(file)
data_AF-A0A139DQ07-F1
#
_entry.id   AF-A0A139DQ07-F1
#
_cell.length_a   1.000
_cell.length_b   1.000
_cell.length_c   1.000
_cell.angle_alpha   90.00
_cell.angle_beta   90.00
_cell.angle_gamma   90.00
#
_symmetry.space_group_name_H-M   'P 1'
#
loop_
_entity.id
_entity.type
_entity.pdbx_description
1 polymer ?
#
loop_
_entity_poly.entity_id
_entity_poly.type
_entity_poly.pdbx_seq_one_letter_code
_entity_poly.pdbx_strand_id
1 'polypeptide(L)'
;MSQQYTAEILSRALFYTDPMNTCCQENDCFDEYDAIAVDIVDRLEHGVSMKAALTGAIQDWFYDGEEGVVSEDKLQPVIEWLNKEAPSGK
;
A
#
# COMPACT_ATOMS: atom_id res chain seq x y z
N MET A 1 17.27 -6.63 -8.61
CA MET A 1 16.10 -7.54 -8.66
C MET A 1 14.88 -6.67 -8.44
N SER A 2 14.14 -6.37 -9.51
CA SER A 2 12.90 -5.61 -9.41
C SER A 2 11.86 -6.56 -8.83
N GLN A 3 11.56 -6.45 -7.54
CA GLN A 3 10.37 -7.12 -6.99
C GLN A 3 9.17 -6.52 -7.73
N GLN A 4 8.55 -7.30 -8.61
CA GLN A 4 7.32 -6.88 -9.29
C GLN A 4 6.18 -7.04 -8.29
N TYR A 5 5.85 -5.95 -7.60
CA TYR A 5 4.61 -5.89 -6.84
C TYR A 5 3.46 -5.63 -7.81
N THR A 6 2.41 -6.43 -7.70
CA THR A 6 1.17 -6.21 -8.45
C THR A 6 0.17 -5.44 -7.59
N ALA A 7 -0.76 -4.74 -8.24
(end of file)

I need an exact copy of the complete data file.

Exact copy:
data_AF-A0A139DQ07-F1
#
_entry.id   AF-A0A139DQ07-F1
#
_cell.length_a   1.000
_cell.length_b   1.000
_cell.length_c   1.000
_cell.angle_alpha   90.00
_cell.angle_beta   90.00
_cell.angle_gamma   90.00
#
_symmetry.space_group_name_H-M   'P 1'
#
loop_
_entity.id
_entity.type
_entity.pdbx_description
1 polymer ?
#
loop_
_entity_poly.entity_id
_entity_poly.type
_entity_poly.pdbx_seq_one_letter_code
_entity_poly.pdbx_strand_id
1 'polypeptide(L)'
;MSQQYTAEILSRALFYTDPMNTCCQENDCFDEYDAIAVDIVDRLEHGVSMKAALTGAIQDWFYDGEEGVVSEDKLQPVIEWLNKEAPSGK
;
A
#
# COMPACT_ATOMS: atom_id res chain seq x y z
N MET A 1 17.27 -6.63 -8.61
CA MET A 1 16.10 -7.54 -8.66
C MET A 1 14.88 -6.67 -8.44
N SER A 2 14.14 -6.37 -9.51
CA SER A 2 12.90 -5.61 -9.41
C SER A 2 11.86 -6.56 -8.83
N GLN A 3 11.56 -6.45 -7.54
CA GLN A 3 10.37 -7.12 -6.99
C GLN A 3 9.17 -6.52 -7.73
N GLN A 4 8.55 -7.30 -8.61
CA GLN A 4 7.32 -6.88 -9.29
C GLN A 4 6.18 -7.04 -8.29
N TYR A 5 5.85 -5.95 -7.60
CA TYR A 5 4.61 -5.89 -6.84
C TYR A 5 3.46 -5.63 -7.81
N THR A 6 2.41 -6.43 -7.70
CA THR A 6 1.17 -6.21 -8.45
C THR A 6 0.17 -5.44 -7.59
N ALA A 7 -0.76 -4.74 -8.24